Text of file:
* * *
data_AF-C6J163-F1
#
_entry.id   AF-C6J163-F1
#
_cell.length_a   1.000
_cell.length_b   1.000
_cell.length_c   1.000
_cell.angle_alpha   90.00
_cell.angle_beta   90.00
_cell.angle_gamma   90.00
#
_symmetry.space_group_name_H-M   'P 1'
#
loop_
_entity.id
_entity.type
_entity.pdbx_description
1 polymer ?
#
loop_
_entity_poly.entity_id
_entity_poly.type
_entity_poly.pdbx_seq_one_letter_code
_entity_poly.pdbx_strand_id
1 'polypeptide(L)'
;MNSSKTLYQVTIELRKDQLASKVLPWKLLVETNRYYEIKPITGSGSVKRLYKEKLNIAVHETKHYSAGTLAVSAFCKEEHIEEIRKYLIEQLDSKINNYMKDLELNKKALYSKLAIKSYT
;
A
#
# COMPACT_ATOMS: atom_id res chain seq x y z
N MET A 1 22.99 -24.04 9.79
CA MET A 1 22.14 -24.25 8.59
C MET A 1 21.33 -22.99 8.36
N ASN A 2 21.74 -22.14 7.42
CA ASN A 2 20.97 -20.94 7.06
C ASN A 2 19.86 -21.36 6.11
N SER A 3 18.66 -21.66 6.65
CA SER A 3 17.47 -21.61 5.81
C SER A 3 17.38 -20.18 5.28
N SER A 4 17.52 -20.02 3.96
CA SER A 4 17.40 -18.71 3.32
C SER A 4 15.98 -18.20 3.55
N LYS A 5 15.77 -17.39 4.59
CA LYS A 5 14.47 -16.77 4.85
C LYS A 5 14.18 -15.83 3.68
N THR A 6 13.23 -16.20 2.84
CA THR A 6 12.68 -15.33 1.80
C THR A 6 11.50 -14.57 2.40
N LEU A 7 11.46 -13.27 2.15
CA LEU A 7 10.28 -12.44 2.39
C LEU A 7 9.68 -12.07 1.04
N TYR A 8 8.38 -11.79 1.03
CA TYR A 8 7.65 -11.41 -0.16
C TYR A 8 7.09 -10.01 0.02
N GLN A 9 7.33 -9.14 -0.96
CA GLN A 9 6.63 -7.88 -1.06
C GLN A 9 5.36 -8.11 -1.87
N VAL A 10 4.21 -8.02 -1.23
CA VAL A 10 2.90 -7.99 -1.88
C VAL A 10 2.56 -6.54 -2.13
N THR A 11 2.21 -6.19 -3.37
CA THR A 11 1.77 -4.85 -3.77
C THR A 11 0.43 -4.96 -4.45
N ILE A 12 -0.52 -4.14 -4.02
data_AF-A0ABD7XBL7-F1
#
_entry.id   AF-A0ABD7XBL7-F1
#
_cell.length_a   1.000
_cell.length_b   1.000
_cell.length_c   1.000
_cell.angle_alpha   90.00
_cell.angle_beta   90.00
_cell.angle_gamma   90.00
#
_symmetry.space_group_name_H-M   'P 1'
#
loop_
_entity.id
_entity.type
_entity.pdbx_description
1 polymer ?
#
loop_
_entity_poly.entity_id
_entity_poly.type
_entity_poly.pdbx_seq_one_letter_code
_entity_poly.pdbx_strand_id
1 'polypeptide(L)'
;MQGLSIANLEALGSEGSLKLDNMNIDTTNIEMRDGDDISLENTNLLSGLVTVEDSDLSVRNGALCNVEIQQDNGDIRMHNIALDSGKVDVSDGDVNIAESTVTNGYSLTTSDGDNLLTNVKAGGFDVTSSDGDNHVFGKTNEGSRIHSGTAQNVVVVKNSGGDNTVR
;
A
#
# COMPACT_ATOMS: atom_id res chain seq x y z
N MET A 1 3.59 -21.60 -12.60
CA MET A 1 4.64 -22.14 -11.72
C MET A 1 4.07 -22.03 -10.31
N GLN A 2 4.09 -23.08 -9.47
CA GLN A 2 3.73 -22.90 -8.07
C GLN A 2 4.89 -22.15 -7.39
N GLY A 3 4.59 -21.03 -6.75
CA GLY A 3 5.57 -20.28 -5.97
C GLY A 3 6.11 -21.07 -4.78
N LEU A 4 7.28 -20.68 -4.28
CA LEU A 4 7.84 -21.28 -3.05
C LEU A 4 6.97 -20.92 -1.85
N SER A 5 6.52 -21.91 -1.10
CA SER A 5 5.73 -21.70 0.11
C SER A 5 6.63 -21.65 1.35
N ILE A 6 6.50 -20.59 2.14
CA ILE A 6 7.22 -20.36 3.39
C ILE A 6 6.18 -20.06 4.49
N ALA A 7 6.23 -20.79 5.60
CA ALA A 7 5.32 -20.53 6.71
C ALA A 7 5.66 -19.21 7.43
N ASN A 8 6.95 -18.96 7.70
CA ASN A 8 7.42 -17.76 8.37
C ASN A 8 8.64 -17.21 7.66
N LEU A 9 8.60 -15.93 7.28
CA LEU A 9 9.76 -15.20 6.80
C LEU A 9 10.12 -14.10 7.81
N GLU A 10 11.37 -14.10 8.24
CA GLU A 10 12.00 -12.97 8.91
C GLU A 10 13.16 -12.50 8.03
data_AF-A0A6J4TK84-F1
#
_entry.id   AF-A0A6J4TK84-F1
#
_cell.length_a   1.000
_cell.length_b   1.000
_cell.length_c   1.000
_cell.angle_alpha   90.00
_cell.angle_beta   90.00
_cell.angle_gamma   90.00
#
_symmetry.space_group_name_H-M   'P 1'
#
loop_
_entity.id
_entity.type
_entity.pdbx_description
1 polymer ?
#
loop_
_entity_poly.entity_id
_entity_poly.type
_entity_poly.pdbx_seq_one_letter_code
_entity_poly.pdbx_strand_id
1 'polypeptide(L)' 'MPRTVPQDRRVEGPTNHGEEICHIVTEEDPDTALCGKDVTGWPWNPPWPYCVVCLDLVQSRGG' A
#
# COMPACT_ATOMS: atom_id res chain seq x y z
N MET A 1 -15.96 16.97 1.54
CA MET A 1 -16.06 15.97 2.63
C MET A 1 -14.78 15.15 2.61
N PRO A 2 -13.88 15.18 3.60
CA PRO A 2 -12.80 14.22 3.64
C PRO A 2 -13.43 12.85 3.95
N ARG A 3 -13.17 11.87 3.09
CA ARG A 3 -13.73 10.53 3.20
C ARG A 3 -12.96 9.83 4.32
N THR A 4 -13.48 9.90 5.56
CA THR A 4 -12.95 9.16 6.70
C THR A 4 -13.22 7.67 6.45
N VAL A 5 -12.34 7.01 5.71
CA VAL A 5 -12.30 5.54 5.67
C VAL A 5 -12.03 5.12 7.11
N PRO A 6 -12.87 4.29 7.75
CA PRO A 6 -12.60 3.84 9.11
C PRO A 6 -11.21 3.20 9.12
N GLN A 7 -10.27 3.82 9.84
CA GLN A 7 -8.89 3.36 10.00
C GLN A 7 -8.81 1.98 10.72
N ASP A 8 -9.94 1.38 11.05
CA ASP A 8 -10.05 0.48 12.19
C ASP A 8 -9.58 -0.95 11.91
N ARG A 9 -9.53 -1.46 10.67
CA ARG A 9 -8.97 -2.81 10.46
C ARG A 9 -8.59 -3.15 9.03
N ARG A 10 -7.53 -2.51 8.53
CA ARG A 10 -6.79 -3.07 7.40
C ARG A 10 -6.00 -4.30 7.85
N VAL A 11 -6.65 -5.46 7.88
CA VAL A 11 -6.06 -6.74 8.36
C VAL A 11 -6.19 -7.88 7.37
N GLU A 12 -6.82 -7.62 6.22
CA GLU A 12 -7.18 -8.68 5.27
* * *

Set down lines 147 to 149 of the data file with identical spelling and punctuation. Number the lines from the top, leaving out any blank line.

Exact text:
_entity_poly.pdbx_seq_one_letter_code
_entity_poly.pdbx_strand_id
1 'polypeptide(L)' 'MPRTVPQDRRVEGPTNHGEEICHIVTEEDPDTALCGKDVTGWPWNPPWPYCVVCLDLVQSRGG' A